Eric Clapton: Hello Old Friend

NEW YORK, NY - DECEMBER 12:  Eric Clapton performs at "12-12-12" a concert benefiting The Robin Hood Relief Fund to aid the victims of Hurricane Sandy presented by Clear Channel Media & Entertainment, The Madison Square Garden Company and The Weinstein Company at Madison Square Garden on December 12, 2012 in New York City.  (Photo by Kevin Mazur/WireImage for Clear Channel)

Singer/ songwriter/ guitar god Eric Clapton, Commanding Officer of the British Empire turns 71 on March 30th, 2016 and without meeting him in person, he might be the best friend any us has ever had.

     Eric Patrick Clapton was born on March 30th, 1945 in Ripley, Surrey, England. And was raised by his maternal grandparents, growing up believing they were his parents and his mother was his older sister. After being influenced by American blues, he took up guitar at age 14, and after what seems to be obligatory study in art school like countless British rock musicians of his generation, started gigging with bands 3 years later. He joined the Yardbirds in 1953 at age 18.

While it is easy to over-emphasize his overall contributions to music as we know it, there is a great deal of history that never would have occurred with Clapton being a friend and getting some help from his friends as well. He split the Yardbirds in 1965, joined John Mayall and the Bluesbreakers, and then left to form Cream with Jack Bruce and Ginger Baker. They split and in 1969 he formed the short-lived super group Blind Faith with Baker and Steve Winwood and Ric Grech. From there it was a brief tenure with Delaney & Bonnie Bramlett and Friends, and then another short-lived super group with Duane Allman in Derek and the Dominoes in 1970, before starting his solo career later that same year at the still young age of only 25.

Like the good friend he is, he appeared on Beatles recordings (George Harrison’s “While My Guitar Gently Weeps”), provided a country sabbatical at his home where Harrison composed “Here Comes the Sun”, originally wrote the Cream signature song “Sunshine of Your Love” for Jimi Hendrix to record, played live and on record with John Lennon’s Plastic Ono Band, and even politely declined membership offers not once but twice from the Rolling Stones.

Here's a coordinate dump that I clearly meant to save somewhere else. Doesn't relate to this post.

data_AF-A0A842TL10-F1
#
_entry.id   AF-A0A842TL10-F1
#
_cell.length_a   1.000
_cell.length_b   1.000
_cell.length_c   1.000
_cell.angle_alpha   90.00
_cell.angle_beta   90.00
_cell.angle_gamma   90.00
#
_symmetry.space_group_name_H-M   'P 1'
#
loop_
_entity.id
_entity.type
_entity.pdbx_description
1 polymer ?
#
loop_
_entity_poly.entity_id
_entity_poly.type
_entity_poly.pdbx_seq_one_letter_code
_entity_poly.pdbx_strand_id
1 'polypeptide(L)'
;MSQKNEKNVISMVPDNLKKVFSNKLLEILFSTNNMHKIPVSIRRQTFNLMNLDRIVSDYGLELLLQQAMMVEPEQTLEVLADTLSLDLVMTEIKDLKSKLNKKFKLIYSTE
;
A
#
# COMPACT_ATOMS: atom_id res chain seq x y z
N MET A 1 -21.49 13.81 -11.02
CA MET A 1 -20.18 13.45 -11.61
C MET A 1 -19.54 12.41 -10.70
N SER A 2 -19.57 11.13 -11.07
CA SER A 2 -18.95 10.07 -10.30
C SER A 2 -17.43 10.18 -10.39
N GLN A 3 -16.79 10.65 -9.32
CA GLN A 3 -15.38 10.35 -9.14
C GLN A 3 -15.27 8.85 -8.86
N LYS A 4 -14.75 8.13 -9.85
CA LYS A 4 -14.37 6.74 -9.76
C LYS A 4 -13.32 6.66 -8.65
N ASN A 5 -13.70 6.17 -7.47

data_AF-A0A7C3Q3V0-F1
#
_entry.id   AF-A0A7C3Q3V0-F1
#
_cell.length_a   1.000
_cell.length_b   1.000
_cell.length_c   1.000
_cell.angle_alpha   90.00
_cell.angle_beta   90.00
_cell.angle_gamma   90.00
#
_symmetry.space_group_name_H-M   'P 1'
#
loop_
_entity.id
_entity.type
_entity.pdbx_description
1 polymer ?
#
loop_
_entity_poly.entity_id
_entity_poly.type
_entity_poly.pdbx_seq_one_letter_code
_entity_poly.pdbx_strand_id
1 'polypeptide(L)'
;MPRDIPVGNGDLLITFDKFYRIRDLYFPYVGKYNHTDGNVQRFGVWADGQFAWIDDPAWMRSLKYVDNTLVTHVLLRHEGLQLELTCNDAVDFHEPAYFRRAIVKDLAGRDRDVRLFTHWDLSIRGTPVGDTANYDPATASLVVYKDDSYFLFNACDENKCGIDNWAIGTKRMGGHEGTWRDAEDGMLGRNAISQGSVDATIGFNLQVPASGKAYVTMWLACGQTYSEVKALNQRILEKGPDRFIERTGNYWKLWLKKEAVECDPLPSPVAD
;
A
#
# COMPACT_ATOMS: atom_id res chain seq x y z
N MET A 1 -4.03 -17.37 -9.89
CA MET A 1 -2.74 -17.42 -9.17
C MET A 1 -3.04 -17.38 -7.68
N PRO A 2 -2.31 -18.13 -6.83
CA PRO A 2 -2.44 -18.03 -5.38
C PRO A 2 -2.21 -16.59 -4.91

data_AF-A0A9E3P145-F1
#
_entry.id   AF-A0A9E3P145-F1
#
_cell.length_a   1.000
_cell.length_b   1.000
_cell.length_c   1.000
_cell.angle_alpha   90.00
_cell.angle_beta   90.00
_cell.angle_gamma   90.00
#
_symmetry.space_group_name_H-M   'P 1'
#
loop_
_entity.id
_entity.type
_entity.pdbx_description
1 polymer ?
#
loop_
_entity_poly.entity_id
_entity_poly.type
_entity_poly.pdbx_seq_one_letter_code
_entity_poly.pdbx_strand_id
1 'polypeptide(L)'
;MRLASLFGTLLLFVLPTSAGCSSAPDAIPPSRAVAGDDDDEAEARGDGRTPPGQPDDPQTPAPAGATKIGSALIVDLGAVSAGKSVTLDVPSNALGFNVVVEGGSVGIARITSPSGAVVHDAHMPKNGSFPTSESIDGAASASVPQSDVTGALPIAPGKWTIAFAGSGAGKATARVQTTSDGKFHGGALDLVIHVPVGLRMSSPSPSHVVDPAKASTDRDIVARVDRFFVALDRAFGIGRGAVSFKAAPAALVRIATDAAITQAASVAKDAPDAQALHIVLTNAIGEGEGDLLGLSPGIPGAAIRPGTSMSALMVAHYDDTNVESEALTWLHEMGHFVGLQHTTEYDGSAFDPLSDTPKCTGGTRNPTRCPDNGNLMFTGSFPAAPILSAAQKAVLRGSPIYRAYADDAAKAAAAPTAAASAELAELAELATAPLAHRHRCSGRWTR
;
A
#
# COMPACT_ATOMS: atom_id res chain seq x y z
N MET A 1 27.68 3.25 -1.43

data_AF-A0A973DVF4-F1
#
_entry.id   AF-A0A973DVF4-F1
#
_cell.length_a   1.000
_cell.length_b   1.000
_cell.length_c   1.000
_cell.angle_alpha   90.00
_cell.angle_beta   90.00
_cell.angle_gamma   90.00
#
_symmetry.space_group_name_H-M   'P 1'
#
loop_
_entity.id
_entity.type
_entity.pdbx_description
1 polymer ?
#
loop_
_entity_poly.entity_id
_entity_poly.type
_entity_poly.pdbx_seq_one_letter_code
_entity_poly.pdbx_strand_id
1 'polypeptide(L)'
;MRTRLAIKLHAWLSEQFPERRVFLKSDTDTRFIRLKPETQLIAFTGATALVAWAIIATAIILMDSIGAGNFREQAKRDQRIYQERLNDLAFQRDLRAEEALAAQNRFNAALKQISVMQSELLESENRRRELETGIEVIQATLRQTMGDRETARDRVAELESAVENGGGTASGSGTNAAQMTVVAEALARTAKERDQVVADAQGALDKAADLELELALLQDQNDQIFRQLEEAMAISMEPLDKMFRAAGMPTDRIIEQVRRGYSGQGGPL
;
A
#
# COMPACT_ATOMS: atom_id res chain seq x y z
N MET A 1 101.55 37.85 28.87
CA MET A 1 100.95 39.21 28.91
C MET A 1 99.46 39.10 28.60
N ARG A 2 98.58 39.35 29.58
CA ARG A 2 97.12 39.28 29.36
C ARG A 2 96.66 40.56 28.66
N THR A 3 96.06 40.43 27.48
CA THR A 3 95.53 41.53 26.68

He would team up for studio albums with B.B. King (“Riding With the King” in 2000) and J.J. Cale (“The Road to Escondido” in 2006). He would record the duet “Runaway Train” with Elton John in 1992, and do countless sessions with artists like Ringo Starr, Brian Wilson, Rod Stewart, Bob Dylan., and Roger Waters.

He has performed live at historically groundbreaking benefit concerts including  the 1969 fundraising show for UNICEF with the Plastic Ono Band, the Concert for Bangla Desh with George Harrison in 1971, The Secret Policeman’s Ball in 1981. the ARMS benefit concerts in 1983, Live-Aid in 1985, the Prince’s Trust and several of his own Crossroads Guitar Festivals.

     He was the first to donate a guitar for display at the Hard Rock Café, establishing a precedent that is now a merit badge for a myriad of artists worldwide. He brought reggae to the mainstream with his cover version of Bob Marley’s “I Shot the Sheriff” (Clapton’s only #1 single) and honored the dearly departed with tribute albums for Robert Johnson and J.J. Cale and a memorial “Concert for George”, saluting the ex-Beatle. He said he would retire at 70, but has a new LP “I Still Do” scheduled for release later this year. What a pal! Like an old friend, let’s all be glad Eric Clapton is still with us and wish him a very Happy Birthday.







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